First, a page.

Feet seem to be the toughest part of your body to warm up during winter. When you do get them warm, though, it's one of the most relaxing things in the world because your whole body seems to get toasty.
What if I said you could enjoy warm feet all winter long in your home with radiant floor heating? "How does radiant floor heating work," you ask? Read on to find out.
What is Radiant Heat?
Radiant heat is a series of hot-water tube or electric wires buried below the floor that radiates heat up to the surface to warm your feet and body.
There are multiple types of radiant floor heating available, which means the right solution for you is out there and ready to be put into your home.
Types of Radiant Floor Heating
The two main types of radiant floor heating are hydronic and electric. Hydronic radiant floor heating is more cost-effective if you are building a new home and planning on using the system to heat the entire house.
However, installing a hydronic system in an existing home involves ripping up all of the flooring and connecting new tubing to existing hydronic systems, which can be very expensive and labor intensive. Therefore, if you are renovating an existing home or only planning on heating part of your new home, an electric system might be the way to go.
Before going any further into the pros and cons of each system, lets talk about what they each consist of.
Hydronic Radiant Floor Heating Systems
In a hydronic radiant floor heating system, your heating can come from either your boiler or water heater. The boiler or water heater sends water to a manifold, where many pipes branch out to various areas of your home.
By using a manifold, thermostats can adjust the temperatures of specific zones by regulating the temperature of water flowing into each pipe. Typically, water is sent from the manifold to each room through PEX tubing (a strong material that can withstand extreme temperatures) by circulation pumps.
The PEX tubing is laid out under the floor, covering as much square footage as the homeowner would like. Depending on the homeowner’s preference and/or architectural restrictions, the tubing is placed either directly underneath the subfloor (dry install) or within a sheet of concrete (wet install).
The sheet of concrete is used to store the heat radiating from the tubing and spread it evenly over a large area. Because it retains heat so well, the concrete is an efficient way to transfer heat to the room. While dry installs are cheaper and get hot much more quickly than wet installs, they require a higher operating temperature, since some heat is lost in the air below the floor while it is being transferred to the room.
Instead of a spread of PEX tubing underneath the floor, resistance wires (a.k.a. heating coils) are run through a large plastic mat in a similar pattern as the PEX tubing.
This mat is then placed directly underneath the flooring and connected to a thermostat. Tile or wooden floor panels can be laid directly on the mats, facilitating the installation. As electricity is sent through the wires in the mat, it creates heat that transfers to the floor above.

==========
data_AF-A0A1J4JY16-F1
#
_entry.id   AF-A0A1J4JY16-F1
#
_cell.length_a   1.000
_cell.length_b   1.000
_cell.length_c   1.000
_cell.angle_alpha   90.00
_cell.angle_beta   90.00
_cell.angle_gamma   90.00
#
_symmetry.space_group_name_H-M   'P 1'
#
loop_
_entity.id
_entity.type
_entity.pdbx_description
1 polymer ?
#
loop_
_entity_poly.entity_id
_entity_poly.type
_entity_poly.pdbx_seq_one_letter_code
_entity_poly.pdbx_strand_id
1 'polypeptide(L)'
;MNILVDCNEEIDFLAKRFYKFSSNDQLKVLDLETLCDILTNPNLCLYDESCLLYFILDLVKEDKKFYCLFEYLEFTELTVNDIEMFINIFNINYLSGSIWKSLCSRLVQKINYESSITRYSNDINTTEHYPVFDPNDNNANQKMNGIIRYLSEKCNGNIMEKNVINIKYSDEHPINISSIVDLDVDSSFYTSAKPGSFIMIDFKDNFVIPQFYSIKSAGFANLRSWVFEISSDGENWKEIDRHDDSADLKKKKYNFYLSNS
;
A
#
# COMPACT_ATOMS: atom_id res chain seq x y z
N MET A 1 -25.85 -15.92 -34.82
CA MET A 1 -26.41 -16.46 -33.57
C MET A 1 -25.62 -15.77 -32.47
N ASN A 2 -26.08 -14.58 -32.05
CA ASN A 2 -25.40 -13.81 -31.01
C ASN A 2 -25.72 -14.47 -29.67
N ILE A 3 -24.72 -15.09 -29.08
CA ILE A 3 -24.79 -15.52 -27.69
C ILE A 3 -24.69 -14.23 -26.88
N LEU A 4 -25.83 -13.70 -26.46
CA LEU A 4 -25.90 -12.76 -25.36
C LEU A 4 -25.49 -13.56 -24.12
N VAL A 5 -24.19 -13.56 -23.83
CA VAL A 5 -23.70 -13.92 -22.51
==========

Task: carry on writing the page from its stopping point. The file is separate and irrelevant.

Is Radiant Floor Heating Worth It?
As mentioned above, hydronic radiant floor heating systems can be rather expensive to install, so they only make sense for new construction. They are generally low-maintenance, but if they do break, fixes can be rather expensive and will require professional attention.
Electric radiant floor heating systems are typically more expensive to run since they rely on electricity, but their ease of installation and practically maintenance-free setup make them appealing for renovations or additions.
Additionally, electric systems are great options for single room heating, such as the bathroom, or snow melting. If you live in a location where snow comes down in barrels, installing radiant floor heating in your driveway can be a great way to save time shoveling.
Some people like to save money by installing a system only in certain spots of the driveway, clearing just enough space to make tire tracks for their car to pull in and out of the garage.
Consider Your Floor Type
One more thing to take into account when deciding on whether or not to use radiant floor heating is the type of flooring you wish to have in the to-be-heated space. Tile is the best material to use for radiant floor heating, since it both conducts and stores heat very well.
If you wish to use carpet, make sure it’s a thin carpet, as thicker carpet will further insulate the floor, causing the system to need to run at a higher temperature to achieve the same result.
This means that the thicker the carpet, the more energy is required to heat the room and the more money you’ll have to pay. Wood floors can work with radiant heating systems, but solid wood may shrink or crack due to the decrease in humidity from exposure to heat.
Aesthetics and Convenience of Radiant Floor Heating
Radiant floor heating systems not only heat your floor, but can heat your entire room as well. This means you can design a room without any visible heating equipment – no baseboard radiators or unit heaters sticking out of the wall.
While radiant systems typically cost more upfront than forced-air systems, they are much more efficient since there is minimal loss of heat during the supply process. Forced-air systems, on the other hand, are forced to deal with heat loss as the heated air travels through air ducts to its intended destination.
For more information on which radiant floor heating system is best for you, speak with the experts at eComfort.com today.